Verizon has a bring-your-own-device program (sometimes called a BYOD, BYOP, or bring-your-own-phone program) for subscribers that don’t want to purchase devices directly from Verizon. While a lot of phones are eligible for Verizon’s BYOD program, the list of eligible phones isn’t as long as the list of phones eligible for AT&T or T-Mobile’s BYOD programs.
The easiest way to check whether you can bring your own phone to Verizon is to enter your phone’s information in Verizon’s compatibility tool.
Verizon’s website has a list of Android phones eligible for Verizon’s BYOD program and a separate list for eligible phones from Apple. Unfortunately, both of these lists are significantly out of date.
Most iPhones sold in the U.S. in the last several years will be eligible for Verizon’s BYOD program as long as the devices are not locked to a carrier other than Verizon. The iPhone 6 and more recent iPhones are usually eligible. If you’re considering bringing an iPhone to Verizon, I strongly suggest running your IMEI number through Verizon’s tool to double-check compatibility.
Compatible Android phones
A lot of unlocked Android phones are eligible for Verizon’s bring-your-own-phone program. High-end phones and recently released phones are especially likely to be eligible. Again, running Verizon’s compatibility tool is the most reliable way to see whether your Android phone is eligible.
For a phone to work well with Verizon, it must:
- Not be locked to another carrier
- Be compatible with HD Voice/VoLTE
- Support some of Verizon core LTE bands
Technically inclined people may want to check which frequencies and bands used by Verizon are compatible with their phones.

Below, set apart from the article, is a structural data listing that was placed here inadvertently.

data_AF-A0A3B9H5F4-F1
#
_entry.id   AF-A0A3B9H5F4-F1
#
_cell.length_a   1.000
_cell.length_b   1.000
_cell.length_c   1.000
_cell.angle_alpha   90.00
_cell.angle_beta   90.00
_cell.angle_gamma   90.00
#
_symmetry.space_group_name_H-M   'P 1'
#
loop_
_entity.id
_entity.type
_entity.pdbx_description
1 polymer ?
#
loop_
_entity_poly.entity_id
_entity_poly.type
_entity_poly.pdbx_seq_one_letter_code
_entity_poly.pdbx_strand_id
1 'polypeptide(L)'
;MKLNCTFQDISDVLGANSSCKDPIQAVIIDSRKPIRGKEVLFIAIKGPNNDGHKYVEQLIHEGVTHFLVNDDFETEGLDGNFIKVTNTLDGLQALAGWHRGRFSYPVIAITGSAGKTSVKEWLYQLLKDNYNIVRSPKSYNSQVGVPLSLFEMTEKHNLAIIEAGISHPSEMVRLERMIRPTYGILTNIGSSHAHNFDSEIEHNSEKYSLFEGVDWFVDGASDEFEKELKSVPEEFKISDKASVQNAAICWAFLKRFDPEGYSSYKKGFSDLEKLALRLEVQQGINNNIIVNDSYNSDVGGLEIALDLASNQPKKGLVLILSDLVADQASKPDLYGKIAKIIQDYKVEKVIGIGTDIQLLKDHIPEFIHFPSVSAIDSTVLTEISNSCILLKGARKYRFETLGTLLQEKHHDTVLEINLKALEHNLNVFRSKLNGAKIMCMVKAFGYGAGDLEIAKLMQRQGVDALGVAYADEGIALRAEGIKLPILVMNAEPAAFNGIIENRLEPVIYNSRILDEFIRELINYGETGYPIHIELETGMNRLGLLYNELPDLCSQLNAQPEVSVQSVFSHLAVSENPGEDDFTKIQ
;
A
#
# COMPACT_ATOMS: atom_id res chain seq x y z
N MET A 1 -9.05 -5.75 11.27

Verizon relies on five primary bands for LTE service:
Verizon also uses bands 46 and 48 in some areas. While Verizon may rely on these two bands more extensively in the future, compatibility with these bands is not currently necessary for good performance on Verizon’s network.
So far, Verizon’s 5G service relies on three bands:
- n5 (850 MHz) – Used for Verizon’s low-band 5G
- n261 (28 GHz) – Used for Verizon’s millimeter wave 5G
- n260 (39 GHz) – Used for Verizon’s millimeter wave 5G
In the future, Verizon’s 5G service will make use of additional frequencies.
Verizon’s bring-your-own-phone promotions
Verizon is running a handful of promotions for customers that bring their own phones.
Postpaid unlimited plans
Customers that sign up for one of Verizon’s high-end, postpaid unlimited plans can get $150 back. The high-end plans include:
- The Play More Unlimited plan
- The Do More Unlimited plan
- The Get More Unlimited plan
Subscribers that join the Start Unlimited plan, the cheapest of Verizon’s postpaid unlimited plans, are eligible for $100 back.
The money comes in the form of a virtual Verizon gift card. Here are the key details for the promotion (emphasis mine):
While the terms I’ve seen don’t explicitly mention that a number must be ported into Verizon, I’m not sure that isn’t a requirement.
Tablets and smartwatches
Verizon customers that bring their own smartwatches or tablets to postpaid Verizon plans may be eligible for a $100 virtual gift card. The terms of the promotion are similar to the terms of the previously discussed promotion for people who bring phones to Verizon’s postpaid unlimited plans. Customers looking to take advantage of this promotion must port in a number from another carrier.
Verizon customers that bring their own phones and sign up for Verizon’s 15GB prepaid plan or Verizon’s unlimited data prepaid plan may be eligible for a $60 service credit. Among other things, customers taking advantage of their deal must port in a phone number.